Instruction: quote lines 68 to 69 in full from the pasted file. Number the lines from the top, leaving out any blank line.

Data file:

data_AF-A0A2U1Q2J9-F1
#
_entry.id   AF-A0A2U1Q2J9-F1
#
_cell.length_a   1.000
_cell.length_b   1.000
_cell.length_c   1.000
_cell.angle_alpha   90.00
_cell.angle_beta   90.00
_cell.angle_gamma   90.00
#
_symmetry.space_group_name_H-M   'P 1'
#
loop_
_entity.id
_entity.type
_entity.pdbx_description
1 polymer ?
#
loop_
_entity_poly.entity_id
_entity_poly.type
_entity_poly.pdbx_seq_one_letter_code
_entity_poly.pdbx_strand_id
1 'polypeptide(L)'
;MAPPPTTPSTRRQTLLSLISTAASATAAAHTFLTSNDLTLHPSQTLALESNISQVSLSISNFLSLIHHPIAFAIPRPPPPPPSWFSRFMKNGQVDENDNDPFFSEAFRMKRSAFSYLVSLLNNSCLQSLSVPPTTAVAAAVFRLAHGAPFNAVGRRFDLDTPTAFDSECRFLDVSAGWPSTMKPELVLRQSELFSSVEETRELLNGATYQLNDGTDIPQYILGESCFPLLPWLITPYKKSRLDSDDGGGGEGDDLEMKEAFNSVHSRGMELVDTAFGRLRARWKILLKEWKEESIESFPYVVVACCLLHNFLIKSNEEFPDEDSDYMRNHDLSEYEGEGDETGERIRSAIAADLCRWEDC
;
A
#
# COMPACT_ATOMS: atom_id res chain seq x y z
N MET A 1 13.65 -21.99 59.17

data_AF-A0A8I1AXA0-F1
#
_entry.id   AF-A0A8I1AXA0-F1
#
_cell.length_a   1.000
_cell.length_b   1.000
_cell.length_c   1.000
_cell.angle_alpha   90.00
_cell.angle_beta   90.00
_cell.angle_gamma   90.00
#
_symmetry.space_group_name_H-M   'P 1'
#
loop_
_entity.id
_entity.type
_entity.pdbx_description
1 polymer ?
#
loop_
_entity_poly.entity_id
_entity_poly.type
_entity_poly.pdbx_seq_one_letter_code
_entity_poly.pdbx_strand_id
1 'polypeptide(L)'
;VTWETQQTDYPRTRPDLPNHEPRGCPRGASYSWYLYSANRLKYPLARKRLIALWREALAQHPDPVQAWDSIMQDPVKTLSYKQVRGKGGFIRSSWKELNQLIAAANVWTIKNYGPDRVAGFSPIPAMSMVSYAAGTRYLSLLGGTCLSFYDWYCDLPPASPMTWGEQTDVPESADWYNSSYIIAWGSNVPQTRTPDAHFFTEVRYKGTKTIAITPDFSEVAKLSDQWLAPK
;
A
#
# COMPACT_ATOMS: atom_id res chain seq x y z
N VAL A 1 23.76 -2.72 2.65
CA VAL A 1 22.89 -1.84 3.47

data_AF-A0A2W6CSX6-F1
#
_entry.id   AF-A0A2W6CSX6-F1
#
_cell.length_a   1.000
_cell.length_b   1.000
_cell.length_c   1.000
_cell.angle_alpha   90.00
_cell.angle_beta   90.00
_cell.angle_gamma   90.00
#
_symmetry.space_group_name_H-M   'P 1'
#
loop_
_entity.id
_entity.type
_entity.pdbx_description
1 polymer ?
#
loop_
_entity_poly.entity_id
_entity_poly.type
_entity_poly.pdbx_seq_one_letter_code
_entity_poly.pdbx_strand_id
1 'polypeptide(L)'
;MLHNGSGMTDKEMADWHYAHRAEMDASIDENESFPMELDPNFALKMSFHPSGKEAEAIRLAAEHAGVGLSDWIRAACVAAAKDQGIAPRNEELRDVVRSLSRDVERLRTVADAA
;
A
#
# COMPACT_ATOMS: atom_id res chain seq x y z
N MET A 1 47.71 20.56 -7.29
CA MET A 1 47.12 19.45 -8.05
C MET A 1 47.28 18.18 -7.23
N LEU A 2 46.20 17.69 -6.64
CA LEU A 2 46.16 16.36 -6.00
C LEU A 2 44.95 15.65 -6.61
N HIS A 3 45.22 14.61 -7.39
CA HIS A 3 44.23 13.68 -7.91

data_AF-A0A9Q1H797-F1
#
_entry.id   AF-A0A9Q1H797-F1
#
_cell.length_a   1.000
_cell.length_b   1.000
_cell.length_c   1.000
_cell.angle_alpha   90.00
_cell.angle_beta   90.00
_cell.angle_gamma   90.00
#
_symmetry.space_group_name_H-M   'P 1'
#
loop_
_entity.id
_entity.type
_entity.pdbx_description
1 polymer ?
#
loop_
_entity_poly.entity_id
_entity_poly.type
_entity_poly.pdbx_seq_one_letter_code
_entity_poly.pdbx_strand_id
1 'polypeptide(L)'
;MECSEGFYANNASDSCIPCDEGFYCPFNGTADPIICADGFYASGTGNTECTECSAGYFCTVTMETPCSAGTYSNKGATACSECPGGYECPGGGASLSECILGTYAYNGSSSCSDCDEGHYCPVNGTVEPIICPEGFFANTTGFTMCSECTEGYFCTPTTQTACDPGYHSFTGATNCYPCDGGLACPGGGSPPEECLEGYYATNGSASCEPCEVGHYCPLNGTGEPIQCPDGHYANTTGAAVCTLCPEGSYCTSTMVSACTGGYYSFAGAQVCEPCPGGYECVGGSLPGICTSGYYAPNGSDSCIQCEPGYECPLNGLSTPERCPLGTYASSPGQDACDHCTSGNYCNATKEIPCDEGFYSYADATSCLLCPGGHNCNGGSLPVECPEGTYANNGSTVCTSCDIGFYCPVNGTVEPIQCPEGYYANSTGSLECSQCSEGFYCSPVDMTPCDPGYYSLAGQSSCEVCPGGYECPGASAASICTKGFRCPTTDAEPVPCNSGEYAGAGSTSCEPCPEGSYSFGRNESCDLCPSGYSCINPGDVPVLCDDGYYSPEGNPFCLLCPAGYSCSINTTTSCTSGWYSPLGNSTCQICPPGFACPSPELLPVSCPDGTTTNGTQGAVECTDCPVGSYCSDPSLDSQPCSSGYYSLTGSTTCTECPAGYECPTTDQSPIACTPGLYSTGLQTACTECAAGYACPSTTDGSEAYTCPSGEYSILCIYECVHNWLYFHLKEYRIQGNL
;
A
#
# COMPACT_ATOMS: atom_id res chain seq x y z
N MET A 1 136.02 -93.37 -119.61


_cell.length_a   1.000
_cell.length_b   1.000